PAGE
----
Later Days of Bruce
Bruce continued to prosper, despite an ill-advised attempt to win Ireland, in which Edward Bruce fell (1318.) This left the succession, if Bruce had no male issue, to the children of his daughter, Marjory, and her husband, the Steward. In 1318 Scotland recovered Berwick, in 1319 routed the English at Mytton-on-Swale. In a Parliament at Aberbrothock (April 6, 1320) the Scots announced to the Pope, who had been interfering, that, while a hundred of them survive, they will never yield to England. In October 1322 Bruce utterly routed the English at Byland Abbey, in the heart of Yorkshire, and chased Edward II into York. In March 1324 a son was born to Bruce named David; on May 4, 1328, by the Treaty of Northampton, the independence of Scotland was recognised. In July the infant David married Joanna, daughter of Edward II.
On June 7, 1329, Bruce died and was buried at Dunfermline; his heart, by his order, was carried by Douglas towards the Holy Land, and when Douglas fell in a battle with the Moors in Spain, the heart was brought back by Sir Simon Lockhart of the Lee. The later career of Bruce, after he had been excommunicated, is that of the foremost knight and most sagacious man of action who ever wore the crown of Scotland. The staunchness with which the clergy and estates disregarded papal fulminations (indeed under William the Lion they had treated an interdict as waste-paper) indicated a kind of protestant tendency to independence of the Holy See.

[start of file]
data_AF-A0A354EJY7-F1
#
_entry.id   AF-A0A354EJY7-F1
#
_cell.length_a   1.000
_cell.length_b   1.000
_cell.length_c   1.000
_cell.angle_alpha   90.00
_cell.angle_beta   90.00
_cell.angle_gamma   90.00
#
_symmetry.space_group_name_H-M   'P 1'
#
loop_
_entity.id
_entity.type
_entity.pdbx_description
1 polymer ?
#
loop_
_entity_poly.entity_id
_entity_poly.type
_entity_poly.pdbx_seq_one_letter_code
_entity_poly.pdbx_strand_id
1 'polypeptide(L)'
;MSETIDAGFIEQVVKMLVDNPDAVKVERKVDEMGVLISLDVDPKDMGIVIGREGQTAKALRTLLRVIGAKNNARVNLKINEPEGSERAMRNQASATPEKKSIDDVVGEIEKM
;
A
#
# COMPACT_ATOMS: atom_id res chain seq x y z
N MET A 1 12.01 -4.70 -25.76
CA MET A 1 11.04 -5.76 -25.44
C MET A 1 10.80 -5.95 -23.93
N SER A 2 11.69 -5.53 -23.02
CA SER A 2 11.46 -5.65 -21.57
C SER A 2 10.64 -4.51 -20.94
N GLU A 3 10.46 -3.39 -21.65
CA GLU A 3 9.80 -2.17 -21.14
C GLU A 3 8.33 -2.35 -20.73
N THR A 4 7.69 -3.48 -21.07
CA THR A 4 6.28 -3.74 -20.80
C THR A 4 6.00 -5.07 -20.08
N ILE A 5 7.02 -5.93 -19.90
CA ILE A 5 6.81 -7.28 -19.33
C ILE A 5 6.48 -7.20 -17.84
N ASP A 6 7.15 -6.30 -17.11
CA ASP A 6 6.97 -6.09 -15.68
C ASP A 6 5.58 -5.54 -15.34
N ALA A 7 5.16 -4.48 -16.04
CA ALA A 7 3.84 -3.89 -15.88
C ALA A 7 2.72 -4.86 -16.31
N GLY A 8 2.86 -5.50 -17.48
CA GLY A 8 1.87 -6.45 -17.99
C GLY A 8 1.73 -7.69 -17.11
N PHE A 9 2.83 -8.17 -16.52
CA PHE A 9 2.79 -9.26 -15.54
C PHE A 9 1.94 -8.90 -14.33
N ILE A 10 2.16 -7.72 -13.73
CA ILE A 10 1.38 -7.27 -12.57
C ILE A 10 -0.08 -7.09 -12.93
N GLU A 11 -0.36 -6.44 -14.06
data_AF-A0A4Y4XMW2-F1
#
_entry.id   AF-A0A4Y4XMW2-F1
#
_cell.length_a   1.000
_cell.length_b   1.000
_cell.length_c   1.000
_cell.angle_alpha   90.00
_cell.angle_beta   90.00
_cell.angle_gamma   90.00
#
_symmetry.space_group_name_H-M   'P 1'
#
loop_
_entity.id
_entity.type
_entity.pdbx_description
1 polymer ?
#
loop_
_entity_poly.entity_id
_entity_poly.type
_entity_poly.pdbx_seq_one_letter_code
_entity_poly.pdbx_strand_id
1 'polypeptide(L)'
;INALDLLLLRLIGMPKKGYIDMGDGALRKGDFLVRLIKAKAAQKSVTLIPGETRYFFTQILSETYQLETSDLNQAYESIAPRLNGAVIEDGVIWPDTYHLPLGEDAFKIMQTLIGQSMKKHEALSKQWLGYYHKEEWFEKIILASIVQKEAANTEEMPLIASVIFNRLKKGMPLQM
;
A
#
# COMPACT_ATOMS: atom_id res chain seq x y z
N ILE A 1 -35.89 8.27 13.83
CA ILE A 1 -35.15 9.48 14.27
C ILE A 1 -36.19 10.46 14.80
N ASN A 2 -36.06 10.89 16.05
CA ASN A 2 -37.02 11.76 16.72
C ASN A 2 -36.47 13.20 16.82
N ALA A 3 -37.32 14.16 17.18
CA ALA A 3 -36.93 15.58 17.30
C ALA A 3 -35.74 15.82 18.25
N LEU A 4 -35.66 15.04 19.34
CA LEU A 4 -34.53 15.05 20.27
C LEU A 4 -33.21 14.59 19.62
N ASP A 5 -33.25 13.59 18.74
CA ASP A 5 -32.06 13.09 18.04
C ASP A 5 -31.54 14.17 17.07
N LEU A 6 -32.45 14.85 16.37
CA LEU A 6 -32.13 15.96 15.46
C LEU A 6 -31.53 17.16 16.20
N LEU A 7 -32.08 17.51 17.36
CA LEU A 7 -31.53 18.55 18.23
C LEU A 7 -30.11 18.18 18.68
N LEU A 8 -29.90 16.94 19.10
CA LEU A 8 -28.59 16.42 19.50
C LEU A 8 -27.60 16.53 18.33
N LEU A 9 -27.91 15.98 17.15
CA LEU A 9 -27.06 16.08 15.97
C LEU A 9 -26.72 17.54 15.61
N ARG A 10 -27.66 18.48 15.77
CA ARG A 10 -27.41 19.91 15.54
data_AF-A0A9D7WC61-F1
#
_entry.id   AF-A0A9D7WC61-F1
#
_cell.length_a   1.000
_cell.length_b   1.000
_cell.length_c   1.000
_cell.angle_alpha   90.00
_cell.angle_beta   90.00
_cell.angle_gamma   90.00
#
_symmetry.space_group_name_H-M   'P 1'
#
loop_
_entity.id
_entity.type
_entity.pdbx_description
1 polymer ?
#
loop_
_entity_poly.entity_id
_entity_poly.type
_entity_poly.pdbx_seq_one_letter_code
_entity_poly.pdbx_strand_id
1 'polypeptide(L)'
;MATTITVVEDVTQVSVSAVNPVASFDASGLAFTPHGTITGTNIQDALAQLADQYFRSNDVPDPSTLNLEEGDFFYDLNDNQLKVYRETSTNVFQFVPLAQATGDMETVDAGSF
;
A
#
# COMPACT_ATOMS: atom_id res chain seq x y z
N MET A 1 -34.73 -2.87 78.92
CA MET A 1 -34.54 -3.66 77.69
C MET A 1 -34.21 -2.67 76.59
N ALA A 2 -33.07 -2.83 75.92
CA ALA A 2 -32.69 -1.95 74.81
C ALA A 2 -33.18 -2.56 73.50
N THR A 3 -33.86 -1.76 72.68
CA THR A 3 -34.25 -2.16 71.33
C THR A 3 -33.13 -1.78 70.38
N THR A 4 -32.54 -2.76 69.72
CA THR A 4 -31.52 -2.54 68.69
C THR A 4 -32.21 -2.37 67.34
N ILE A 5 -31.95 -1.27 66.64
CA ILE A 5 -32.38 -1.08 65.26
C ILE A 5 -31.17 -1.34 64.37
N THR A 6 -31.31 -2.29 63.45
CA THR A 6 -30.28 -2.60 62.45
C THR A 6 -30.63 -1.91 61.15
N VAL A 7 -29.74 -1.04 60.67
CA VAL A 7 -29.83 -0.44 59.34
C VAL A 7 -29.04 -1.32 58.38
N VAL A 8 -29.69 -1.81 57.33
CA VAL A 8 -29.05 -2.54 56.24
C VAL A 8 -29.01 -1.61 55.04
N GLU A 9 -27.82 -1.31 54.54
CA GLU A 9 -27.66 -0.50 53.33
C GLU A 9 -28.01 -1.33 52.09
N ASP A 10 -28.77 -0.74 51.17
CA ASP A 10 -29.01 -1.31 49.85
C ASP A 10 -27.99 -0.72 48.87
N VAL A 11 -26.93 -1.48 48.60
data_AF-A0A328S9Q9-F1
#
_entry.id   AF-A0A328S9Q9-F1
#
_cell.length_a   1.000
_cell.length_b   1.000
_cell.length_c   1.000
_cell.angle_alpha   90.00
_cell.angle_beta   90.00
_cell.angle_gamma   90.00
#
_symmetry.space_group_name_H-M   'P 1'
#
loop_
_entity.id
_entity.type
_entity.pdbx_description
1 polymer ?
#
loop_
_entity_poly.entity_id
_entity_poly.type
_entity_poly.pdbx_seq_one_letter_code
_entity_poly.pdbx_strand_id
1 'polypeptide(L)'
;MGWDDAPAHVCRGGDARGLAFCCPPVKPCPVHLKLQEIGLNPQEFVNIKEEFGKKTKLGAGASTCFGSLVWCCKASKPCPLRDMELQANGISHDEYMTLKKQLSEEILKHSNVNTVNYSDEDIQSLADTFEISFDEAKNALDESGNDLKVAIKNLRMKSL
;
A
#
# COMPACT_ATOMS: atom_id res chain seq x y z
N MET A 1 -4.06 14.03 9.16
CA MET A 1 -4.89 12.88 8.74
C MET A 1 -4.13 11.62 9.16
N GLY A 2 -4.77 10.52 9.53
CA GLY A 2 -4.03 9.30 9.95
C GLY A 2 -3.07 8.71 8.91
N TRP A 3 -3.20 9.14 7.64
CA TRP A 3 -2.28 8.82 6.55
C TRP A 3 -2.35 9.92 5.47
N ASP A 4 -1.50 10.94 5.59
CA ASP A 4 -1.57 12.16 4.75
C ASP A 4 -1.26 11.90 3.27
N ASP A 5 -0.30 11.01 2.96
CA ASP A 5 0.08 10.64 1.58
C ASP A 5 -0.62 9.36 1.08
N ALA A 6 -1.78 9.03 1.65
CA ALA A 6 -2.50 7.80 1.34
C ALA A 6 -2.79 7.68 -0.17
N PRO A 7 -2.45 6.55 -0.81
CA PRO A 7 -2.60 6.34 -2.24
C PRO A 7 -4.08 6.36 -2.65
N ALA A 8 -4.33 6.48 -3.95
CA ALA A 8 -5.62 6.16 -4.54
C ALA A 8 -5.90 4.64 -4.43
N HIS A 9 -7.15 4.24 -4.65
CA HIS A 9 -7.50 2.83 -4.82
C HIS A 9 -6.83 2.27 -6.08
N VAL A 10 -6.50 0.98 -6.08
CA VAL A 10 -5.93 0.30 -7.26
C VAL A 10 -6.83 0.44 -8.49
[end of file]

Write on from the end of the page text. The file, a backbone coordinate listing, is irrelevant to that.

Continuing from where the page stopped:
Bruce's inclusion of representatives of the Burghs in the first regular Scottish Parliament (at Cambuskenneth in 1326) was a great step forward in the constitutional existence of the country. The king, in Scotland, was expected to "live of his own," but in 1326 the expenses of the war with England compelled Bruce to seek permission for taxation.
The heroic generation of Scotland was passing off the stage. The King was a child. The forfeiture by Bruce of the lands of hostile or treacherous lords, and his bestowal of the estates on his partisans, had made the disinherited nobles the enemies of Scotland, and had fed too full the House of Douglas. As the star of Scotland was thus clouded - she had no strong man for a King during the next ninety years - the sun of England rose red and glorious under a warrior like Edward III. The Scottish nobles in many cases ceased to be true to their proud boast that they would never submit to England. A very brief summary of the wretched reign of David II must here suffice.